Sunday, January 18, 2009

Dealing with the state budget cuts

The Arizona Legislature released budget 'options' on Friday but only one of them has details, so that version is widely viewed as the preferred plan. That option is receiving criticism about the impacts on education and health services so there is uncertainty how it may change.

In this option, the AZGS is targeted for a 10% across the board cut in our FY09 funds plus a 4.2% cut in personnel costs for a total reduction of 12.6% of our annual budget. But since we are halfway through the fiscal year, that means a 25% cut of the remaining budget between now and July 1.

All agencies, including AZGS, are given the following guidelines in implementing these reductions: "State agencies would have the flexibility of determining how to implement this reduction in their personnel costs. These actions could include a furlough, pay reduction or other management actions."

In anticipation of the Legislature taking such action, AZGS has been working with the Governor’s Office of Strategic Planning and Budget for the past couple of months to reallocate our appropriated state general funds. We cut costs (turned in one of our 6 fleet vehicles, converted the Arizona Geology newsletter to digital, etc), moved state funded-staff members to contract funds, and will use all of our overhead funds this year.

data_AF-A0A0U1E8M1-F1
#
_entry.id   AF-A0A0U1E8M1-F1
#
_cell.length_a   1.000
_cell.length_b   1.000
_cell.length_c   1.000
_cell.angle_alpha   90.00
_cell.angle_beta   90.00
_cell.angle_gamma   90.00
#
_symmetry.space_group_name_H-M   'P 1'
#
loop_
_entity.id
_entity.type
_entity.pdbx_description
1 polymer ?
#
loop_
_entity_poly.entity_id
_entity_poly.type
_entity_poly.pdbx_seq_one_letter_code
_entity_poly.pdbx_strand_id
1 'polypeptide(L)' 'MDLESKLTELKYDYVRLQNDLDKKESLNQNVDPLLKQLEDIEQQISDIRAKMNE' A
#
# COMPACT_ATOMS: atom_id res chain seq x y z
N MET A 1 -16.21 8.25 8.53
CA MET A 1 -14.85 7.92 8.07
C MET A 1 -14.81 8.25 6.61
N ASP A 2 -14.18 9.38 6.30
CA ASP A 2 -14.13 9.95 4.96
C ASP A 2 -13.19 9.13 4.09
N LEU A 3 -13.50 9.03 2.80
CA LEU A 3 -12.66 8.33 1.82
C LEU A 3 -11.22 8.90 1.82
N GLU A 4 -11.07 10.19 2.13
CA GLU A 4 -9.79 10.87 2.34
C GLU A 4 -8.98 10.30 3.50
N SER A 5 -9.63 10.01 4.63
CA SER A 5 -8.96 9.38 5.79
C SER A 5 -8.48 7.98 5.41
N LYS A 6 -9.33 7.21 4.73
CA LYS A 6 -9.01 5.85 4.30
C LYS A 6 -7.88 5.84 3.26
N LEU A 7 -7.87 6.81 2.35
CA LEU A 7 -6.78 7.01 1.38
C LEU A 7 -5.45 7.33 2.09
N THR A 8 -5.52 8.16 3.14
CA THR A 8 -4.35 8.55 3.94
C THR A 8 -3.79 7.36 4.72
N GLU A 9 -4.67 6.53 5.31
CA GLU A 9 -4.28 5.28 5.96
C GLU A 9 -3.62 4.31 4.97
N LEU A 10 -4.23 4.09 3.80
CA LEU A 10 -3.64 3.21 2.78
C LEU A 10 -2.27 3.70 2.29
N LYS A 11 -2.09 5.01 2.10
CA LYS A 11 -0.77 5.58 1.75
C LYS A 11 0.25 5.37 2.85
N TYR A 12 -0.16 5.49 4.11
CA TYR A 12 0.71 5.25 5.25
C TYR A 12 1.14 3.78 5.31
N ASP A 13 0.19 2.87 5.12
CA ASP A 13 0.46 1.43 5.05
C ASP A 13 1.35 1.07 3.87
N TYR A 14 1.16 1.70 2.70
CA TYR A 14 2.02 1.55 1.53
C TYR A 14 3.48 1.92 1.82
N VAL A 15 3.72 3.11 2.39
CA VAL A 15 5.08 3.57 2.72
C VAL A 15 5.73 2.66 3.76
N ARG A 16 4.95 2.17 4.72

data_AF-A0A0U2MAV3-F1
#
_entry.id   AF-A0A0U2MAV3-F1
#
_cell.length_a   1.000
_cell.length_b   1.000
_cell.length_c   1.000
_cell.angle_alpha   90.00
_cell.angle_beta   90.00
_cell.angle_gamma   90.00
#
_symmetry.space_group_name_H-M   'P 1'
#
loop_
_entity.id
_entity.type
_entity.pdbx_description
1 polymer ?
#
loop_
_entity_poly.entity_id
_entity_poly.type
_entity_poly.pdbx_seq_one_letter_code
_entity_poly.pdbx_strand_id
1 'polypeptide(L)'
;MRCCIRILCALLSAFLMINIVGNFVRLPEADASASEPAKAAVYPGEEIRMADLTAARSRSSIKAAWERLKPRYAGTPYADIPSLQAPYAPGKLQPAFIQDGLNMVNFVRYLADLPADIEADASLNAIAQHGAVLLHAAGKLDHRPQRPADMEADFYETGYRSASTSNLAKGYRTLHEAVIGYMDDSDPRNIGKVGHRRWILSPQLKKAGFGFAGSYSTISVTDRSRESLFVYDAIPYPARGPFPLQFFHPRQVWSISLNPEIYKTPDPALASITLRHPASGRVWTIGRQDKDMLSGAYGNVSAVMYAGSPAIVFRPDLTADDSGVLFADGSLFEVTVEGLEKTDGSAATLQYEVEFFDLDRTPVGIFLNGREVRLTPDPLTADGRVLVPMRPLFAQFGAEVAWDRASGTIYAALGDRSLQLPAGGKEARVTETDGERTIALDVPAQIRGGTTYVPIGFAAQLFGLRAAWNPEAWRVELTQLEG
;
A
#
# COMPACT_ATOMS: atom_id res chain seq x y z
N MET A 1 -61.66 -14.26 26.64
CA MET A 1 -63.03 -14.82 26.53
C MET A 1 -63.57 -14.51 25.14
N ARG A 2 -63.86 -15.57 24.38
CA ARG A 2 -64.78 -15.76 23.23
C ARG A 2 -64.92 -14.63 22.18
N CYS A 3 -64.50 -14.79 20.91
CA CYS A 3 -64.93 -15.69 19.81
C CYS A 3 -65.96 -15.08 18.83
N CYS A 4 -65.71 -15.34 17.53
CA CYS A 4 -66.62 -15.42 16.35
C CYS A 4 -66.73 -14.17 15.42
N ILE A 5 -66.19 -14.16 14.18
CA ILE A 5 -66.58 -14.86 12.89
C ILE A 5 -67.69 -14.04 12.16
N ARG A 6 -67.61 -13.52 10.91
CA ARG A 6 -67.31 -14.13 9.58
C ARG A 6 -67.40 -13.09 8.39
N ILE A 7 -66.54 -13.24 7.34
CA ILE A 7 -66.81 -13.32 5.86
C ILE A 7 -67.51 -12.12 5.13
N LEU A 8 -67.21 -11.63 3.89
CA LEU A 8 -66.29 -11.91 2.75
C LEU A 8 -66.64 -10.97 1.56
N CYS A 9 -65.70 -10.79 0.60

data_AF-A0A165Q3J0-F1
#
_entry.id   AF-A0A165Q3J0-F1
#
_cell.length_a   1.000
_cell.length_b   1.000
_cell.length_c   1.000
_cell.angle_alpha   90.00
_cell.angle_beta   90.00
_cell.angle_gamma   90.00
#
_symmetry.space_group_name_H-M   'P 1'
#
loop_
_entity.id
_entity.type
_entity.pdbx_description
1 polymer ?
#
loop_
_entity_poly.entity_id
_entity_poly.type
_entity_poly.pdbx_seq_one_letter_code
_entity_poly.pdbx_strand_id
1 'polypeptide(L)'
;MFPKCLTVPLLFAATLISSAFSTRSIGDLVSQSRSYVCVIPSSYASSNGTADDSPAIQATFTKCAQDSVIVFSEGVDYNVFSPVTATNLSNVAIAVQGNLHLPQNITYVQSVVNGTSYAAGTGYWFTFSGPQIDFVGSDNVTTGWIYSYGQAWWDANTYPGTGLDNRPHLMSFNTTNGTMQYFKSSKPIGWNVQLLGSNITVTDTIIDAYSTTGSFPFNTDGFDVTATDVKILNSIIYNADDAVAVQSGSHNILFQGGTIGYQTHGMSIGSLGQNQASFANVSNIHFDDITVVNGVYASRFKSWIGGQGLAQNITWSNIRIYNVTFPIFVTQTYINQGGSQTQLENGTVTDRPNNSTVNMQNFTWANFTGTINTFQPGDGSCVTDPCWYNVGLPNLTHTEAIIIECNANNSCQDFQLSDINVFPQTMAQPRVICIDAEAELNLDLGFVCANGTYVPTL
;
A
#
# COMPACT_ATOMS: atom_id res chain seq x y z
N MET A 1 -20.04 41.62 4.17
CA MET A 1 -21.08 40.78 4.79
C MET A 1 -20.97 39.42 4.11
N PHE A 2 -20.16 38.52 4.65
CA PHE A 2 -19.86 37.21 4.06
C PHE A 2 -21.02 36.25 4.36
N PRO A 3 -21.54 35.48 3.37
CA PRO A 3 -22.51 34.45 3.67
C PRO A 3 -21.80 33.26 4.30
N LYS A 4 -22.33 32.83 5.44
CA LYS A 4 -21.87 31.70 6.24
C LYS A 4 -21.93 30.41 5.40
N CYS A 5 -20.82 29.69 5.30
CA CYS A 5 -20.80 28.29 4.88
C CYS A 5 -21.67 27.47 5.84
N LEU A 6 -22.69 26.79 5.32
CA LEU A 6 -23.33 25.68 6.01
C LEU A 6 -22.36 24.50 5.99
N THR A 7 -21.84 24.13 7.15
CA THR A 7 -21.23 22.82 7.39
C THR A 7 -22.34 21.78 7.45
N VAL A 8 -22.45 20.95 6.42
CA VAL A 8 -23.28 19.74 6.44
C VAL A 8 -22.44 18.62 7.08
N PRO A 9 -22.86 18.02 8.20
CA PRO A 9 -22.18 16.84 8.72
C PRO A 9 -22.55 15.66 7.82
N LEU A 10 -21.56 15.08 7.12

We expect this combination will allow us to get through the next six months without layoffs or furloughs. While this is encouraging, the cuts mean we will be able to carry out a lot less of the work mandated in statute for the Survey.

For FY10, starting July 1, our base cut would be 15% plus a 10% reduction in personnel costs, for a total of about 21% reduction from our FY08 base. That is going to be more challenging to handle.

While the current financial situation looks grim, we are taking control of our destiny. A lot can, and likely will happen between now and the next fiscal year. We are aggressively pursuing alternative funds. We have more proposals being prepared right now than ever. We are also working with Congress on stimulus proposals that would bring large projects to us. A delegation of politically-savvy state geologists will be in DC at the end of the week working to get the Geoscience Recovery & Reinvestment Program incorporated into Congressional bills.

No comments:

Post a Comment